There are a lot of questions and answers on the internet. This page lists resources that I have found useful, so I thought you might find them useful too.
Step one: download R to your appropriate system (Windows, Mac, and Linux).
Step two: download RStudio. RStudio has invested a lot of time and money to make using R much, much easier. It’s also free!
Step three: Read R for Data Science. This is a great guide written by Hadley Wickham, a prolific R programmer who has had fantastic positive impact on the landscape of R packages and practices. It introduces the principles of the tidyverse
- a set of R packages taht play really well together. They cover tools to data reading in/out, data manipulation, data visualisation, and tools for performing and summarising models.
If you are having problems with getting R or RStudio, check out this guide, from this guy. It covers installing R and RStudio in a little more detail.
To learn R, you need to learn how to get unstuck with R. This teaches you a really good process to iterate through when going through the process of getting unstuck.
To learn a new function or package, Quick-R, provides nice quick description of functions and other R-related things.
For all my other problems, I usually google the error message, or try my darndest to ask an reasonable question to google that describes my current dilemna, and then look read the appropriate blog post, or StackOVerflow Answer. RSeek is also basically a google search that filters by R related content.
I would also recommend checking out RStudio’s list of resources for learning R, and this blog post, which describes learning R from a social sciences background.
To stay up to date with what other people around the world are doing with R, I recommend checking up on r-bloggers every other day, and checking out the #rstats hashtag on twitter. The R and statistics community on twitter is both excellent and friendly.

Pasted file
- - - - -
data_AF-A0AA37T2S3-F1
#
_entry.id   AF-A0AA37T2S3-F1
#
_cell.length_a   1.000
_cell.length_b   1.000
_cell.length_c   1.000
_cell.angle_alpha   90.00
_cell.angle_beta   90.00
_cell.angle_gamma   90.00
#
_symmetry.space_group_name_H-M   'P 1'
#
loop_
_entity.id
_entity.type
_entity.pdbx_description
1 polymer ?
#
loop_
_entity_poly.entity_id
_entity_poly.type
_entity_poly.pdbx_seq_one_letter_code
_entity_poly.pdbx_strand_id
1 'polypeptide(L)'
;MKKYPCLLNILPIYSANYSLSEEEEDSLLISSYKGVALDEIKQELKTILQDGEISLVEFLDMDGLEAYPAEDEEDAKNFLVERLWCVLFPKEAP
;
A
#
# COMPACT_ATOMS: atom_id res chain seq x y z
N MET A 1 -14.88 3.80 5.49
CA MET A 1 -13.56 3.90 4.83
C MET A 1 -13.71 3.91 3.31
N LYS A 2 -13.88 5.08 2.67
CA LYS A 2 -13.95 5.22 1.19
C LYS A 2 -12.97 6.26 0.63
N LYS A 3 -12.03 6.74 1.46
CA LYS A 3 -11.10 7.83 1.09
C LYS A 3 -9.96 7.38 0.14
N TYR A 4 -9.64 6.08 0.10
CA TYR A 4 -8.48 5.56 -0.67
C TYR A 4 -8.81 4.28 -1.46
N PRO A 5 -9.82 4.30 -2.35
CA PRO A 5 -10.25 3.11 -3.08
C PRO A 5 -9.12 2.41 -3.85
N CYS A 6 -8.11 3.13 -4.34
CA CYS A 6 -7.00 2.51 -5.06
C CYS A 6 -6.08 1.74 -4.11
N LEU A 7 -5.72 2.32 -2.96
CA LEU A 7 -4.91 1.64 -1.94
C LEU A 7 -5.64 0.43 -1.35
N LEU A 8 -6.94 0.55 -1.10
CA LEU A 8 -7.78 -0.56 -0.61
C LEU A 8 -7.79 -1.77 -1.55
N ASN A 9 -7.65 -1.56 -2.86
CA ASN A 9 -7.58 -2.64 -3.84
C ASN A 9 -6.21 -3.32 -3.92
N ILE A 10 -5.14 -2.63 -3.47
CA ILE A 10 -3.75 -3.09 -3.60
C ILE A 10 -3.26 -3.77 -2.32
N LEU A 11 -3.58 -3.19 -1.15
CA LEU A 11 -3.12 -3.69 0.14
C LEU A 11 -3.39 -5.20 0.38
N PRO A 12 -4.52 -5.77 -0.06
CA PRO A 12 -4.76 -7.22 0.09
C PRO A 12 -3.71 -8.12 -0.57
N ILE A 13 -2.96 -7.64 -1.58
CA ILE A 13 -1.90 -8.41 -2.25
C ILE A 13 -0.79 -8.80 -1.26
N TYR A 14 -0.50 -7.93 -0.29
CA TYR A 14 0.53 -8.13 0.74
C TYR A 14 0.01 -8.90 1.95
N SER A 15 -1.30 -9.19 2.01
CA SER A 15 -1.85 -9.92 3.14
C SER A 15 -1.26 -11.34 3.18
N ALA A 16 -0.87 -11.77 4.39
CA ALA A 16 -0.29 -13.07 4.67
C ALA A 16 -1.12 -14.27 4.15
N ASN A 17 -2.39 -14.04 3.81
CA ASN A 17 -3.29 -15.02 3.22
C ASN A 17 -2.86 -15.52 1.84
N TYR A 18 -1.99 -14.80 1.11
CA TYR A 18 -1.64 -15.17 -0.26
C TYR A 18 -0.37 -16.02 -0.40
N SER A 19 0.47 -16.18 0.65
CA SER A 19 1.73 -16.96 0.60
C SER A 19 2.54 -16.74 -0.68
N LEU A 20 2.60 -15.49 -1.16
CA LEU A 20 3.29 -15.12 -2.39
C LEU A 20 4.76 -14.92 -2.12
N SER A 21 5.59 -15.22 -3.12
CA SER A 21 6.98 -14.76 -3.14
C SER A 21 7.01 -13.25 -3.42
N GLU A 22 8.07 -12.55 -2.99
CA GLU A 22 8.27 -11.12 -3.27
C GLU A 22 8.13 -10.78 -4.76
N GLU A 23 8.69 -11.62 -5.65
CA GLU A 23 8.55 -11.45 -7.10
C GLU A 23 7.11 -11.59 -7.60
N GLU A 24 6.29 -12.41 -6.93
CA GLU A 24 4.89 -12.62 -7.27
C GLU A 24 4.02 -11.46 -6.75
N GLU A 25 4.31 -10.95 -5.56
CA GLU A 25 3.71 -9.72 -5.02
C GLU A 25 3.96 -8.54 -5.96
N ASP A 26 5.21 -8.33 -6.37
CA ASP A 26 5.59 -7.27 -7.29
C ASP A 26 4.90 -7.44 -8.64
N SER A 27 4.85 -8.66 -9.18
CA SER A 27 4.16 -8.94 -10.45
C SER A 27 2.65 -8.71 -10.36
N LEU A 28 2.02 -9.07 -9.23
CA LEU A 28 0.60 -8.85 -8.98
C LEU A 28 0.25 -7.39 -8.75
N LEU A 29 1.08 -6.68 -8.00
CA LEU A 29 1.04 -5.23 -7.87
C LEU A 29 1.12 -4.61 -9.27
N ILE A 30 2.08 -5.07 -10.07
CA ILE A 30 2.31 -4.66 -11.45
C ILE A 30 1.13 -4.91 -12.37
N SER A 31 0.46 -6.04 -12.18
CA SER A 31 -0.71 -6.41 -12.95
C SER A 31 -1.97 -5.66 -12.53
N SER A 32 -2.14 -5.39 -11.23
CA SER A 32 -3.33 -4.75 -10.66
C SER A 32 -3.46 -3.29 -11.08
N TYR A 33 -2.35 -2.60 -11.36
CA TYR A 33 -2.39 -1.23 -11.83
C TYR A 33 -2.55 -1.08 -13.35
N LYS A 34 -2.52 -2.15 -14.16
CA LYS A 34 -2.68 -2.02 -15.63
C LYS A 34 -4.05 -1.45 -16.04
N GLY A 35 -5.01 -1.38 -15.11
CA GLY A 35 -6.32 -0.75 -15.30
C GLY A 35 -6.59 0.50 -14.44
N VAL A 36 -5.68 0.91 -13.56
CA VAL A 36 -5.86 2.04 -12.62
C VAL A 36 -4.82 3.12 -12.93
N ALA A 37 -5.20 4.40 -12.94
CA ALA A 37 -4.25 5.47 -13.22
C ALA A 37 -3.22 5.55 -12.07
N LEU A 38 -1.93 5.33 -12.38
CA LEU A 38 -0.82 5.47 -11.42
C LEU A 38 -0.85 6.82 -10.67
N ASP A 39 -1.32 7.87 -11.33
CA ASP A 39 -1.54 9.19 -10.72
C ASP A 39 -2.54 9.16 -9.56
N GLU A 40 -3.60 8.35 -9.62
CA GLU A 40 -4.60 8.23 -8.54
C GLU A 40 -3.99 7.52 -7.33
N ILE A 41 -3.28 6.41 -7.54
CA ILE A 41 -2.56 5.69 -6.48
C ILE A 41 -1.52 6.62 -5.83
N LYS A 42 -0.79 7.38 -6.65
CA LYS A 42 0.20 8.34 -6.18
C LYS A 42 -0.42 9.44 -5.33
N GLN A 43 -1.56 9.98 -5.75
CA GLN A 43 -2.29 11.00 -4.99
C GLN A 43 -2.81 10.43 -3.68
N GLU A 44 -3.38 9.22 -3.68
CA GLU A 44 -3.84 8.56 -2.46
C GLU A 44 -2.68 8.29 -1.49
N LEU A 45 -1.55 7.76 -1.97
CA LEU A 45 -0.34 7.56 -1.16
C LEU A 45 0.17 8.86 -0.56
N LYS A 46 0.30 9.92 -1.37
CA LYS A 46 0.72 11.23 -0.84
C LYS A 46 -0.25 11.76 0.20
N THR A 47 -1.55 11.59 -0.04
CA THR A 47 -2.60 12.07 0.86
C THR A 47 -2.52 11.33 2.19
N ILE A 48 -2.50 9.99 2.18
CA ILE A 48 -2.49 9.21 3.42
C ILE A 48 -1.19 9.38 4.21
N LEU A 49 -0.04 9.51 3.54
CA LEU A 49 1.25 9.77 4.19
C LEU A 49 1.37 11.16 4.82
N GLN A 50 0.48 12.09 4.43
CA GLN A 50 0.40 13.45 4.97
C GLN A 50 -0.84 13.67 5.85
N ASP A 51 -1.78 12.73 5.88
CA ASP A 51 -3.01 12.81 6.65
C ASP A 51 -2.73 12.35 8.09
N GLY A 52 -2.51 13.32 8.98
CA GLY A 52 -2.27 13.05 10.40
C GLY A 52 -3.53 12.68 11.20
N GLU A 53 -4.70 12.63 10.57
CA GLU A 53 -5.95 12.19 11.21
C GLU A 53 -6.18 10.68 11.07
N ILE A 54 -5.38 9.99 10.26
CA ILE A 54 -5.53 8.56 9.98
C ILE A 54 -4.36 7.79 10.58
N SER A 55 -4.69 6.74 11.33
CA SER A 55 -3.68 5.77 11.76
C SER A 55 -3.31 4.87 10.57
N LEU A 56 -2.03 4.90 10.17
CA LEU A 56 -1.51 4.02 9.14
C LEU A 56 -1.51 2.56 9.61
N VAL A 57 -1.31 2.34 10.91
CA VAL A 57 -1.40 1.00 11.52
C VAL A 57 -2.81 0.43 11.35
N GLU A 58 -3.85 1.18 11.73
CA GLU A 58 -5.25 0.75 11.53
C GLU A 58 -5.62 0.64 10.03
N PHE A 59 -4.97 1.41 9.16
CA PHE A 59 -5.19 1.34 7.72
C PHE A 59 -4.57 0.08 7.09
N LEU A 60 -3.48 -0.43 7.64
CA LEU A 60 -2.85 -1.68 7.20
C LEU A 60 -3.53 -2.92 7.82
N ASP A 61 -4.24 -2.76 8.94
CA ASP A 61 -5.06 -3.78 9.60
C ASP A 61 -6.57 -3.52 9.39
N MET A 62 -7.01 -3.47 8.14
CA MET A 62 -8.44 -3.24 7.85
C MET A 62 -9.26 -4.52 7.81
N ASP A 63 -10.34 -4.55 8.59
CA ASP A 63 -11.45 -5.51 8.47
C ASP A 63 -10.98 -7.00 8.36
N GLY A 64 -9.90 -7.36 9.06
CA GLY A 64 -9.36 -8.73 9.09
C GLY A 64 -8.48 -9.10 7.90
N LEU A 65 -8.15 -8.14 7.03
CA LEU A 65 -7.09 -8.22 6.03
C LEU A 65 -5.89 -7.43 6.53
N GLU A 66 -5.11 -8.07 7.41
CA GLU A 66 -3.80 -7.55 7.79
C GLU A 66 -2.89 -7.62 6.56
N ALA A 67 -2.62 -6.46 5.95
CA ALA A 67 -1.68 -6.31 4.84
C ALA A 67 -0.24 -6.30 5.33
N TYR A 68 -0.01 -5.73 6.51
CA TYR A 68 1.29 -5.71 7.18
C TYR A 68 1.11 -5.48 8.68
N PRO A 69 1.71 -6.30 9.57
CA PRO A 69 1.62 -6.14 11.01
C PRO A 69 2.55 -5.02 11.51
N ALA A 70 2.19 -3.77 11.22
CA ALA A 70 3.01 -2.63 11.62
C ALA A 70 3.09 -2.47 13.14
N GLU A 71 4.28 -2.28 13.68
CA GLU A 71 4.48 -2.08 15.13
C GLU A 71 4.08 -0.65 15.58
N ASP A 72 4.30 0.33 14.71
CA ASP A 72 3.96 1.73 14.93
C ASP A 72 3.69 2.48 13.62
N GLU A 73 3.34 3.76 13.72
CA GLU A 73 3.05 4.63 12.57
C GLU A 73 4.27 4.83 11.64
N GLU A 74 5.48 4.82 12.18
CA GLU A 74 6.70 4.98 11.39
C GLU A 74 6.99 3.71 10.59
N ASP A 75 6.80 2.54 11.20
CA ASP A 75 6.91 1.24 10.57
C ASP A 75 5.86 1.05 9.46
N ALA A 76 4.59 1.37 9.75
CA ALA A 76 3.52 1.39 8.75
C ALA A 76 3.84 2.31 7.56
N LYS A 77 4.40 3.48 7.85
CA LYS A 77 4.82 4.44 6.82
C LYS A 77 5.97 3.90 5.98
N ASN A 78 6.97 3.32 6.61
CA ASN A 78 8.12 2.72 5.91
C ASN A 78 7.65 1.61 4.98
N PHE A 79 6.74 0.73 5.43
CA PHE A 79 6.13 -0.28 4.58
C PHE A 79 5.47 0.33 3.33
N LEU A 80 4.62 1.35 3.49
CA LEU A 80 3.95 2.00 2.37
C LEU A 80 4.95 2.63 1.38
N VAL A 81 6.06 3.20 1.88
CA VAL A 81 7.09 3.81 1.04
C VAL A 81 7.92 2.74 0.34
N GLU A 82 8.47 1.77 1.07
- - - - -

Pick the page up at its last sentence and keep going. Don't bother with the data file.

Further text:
Got a basic handle on R and are hankering for more? I recommend these free, online books by Hadley Wickham:
There is also a book, Ramarro, by quantide which seems similar(ish) to Hadley’s books.
R’s S3 classes are this really awesome minimal class of functions that can be super handy in R. They are described nicely in Hadley’s book, but I have also found these to be helpful:
This blog post, which also has such a suave blog layout.
This video by Andrew Robinson. Sides available here. Thanks to http://damjan.vukcevic.net/ for this information.
I have also written a blog post about S3 methods, and have a preprint on arxiv.
ggplot2
If you are going to do a plot in R, it should be in ggplot. It takes about 5 minutes to get the hang of, and once you’ve got it down you can create plots that make sense, behave how you expect, and look fantastic.
ggplot ollows a logical syntax adapted from the book “The Grammar of Graphics”. It makes visualisation make sense. And there are lots of other packages that build upon it to make it more awesome, such as GGally, ggalt, ggExtra, ggforce, gganimate, and ggbeeswarm, to name a few!
Here are some ggplot resources in order of usefulness
Plotly for R, written and maintained by Carson Sievert, is a very powerful and flexible interactive plotting enging in R. It has a fully fledged API for writing interactice graphics in R, as well as a fantastic function that gives the user a lot for free: ggplotly
. You can read more about plotly for R in Carson’s free and online book.
ggvis is another great package written by Hadley Wickham, which builds upon the structure of ggplot but it allows for more interactive, reactive, plot building. Examples can be found here here, and here.
More serious development on ggvis will apparently begin in 2018, as Hadley and his team at RStudio will be spending 2017 to make the everything in the tidyverse work well together. For the moment I would recommend using plotly to do your interactive graphics, although ggvis is still great!